Nigerian ports need it and what we should do is to forget about the past whether we the private sector were consulted or not, that should not be the main issue now. The main issue is how to make the policy work in the interest of the Nigerian port and that is where we are now and I believe that is what we should be discussing not whether the government consulted us or not because governments all over the world behave the same way. American government sometimes doesn't consult its citizens; for instance the way they went to Iraq. Many American citizens were against it but still they went there and they thought they were working in the interest of American citizens. So we should look at the policy in details and take advantage of whatever is good in it. That is what I feel we should do, not to be arguing about whether the private sector was consulted or not', he stated.

The NACCIMA Vice President who obviously was not dancing the same tune with his President also said that one of the numerous merits of the scheme is its ability to effectively keep tab on all Nigerian bound cargo thereby eliminating under-declaration, smuggling and other forms of economic sabotage and also ensuring the safety and security of the cargo.

'First of all, the greatest thing CTN will do is to track Nigerian-bound cargo from the time it is loaded either in the container or as a bulk cargo into the ship. It will be tracked till it lands in Nigerian port. That will be a great thing for Nigerian importers and Nigerian shippers; that is, the importers and the exporters because it is not one way. It also works for export; all the exporters too will enjoy it. From the time you load any cargo in Nigeria in the container or in the ship as a bulk cargo, it will be tracked till it lands wherever it is going either in China, UK, America or whatever. So the case of cargo been lost in transit will not be there anymore, so this is a good thing that it will do to Nigerian shippers both importers and exporters and also it will reduce the malpractices in the Nigerian import business.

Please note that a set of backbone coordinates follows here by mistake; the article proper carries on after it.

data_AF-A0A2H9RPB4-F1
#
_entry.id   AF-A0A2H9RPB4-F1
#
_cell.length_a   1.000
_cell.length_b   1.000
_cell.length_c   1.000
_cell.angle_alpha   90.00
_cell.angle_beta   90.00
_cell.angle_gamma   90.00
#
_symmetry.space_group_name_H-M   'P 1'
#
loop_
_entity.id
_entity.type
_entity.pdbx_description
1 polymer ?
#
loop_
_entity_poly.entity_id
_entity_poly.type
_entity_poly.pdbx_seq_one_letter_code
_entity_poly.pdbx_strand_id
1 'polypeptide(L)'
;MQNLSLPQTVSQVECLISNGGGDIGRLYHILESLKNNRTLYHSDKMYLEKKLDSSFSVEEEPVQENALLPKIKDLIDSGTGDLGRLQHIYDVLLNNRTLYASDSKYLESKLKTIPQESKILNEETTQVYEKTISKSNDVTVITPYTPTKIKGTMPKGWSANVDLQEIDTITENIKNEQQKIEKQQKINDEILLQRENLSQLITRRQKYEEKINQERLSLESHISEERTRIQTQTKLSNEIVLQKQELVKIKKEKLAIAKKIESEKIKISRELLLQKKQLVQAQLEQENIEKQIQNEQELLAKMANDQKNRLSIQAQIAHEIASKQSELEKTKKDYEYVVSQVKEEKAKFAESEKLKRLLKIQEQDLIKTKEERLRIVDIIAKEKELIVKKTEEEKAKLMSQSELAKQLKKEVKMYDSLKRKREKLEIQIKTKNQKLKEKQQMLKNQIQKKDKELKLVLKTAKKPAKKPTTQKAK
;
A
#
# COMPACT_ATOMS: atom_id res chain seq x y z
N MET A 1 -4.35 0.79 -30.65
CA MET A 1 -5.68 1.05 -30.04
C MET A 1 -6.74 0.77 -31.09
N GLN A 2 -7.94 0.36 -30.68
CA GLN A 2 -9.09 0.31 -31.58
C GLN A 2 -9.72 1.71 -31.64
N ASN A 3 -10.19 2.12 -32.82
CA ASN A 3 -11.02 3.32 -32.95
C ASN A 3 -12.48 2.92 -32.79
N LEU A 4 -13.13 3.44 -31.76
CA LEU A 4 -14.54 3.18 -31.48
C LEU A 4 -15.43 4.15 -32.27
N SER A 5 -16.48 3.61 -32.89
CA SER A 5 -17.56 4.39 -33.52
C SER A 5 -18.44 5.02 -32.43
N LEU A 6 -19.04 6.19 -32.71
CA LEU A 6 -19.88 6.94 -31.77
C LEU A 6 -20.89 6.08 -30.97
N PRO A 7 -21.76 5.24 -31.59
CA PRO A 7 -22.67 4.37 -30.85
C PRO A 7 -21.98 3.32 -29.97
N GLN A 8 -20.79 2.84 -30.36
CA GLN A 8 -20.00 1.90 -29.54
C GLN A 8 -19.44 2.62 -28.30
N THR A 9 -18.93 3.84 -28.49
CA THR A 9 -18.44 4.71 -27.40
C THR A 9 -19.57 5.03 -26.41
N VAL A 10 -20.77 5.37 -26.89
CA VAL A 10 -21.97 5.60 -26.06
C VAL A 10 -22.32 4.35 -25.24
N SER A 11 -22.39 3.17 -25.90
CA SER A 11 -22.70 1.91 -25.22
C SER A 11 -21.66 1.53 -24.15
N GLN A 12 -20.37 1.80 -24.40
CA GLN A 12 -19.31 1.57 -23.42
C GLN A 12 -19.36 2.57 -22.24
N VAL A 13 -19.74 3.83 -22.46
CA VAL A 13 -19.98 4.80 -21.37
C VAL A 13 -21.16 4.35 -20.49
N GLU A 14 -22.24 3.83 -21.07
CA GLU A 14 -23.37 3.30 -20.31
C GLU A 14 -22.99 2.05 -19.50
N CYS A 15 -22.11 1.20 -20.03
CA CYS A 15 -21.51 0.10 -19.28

'A lot of people will go abroad, they will shop for so called raw material or spare part and they will collude with their supplier to put other things in the container. Things that are not declared are even more expensive than the declared cargo in the container. So what will happen is that this is common with the so called manufacturers. 'When a cargo arrives in Nigeria, they will use what we call Fast Track System to fast track the cargo into their warehouses in their factory. So now they will corrupt Customs officials to bring out those extra items in the containers without paying duty to the government.

'With the CTN, that will be virtually removed. They will not be able to do that anymore. If you see some people who are against it, they must be one of those people who are doing that kind of thing, so it will eliminate that kind of thing. Nigerian government will be able to get more from the custom duty, so that is another area it will help the port and the economy', he said.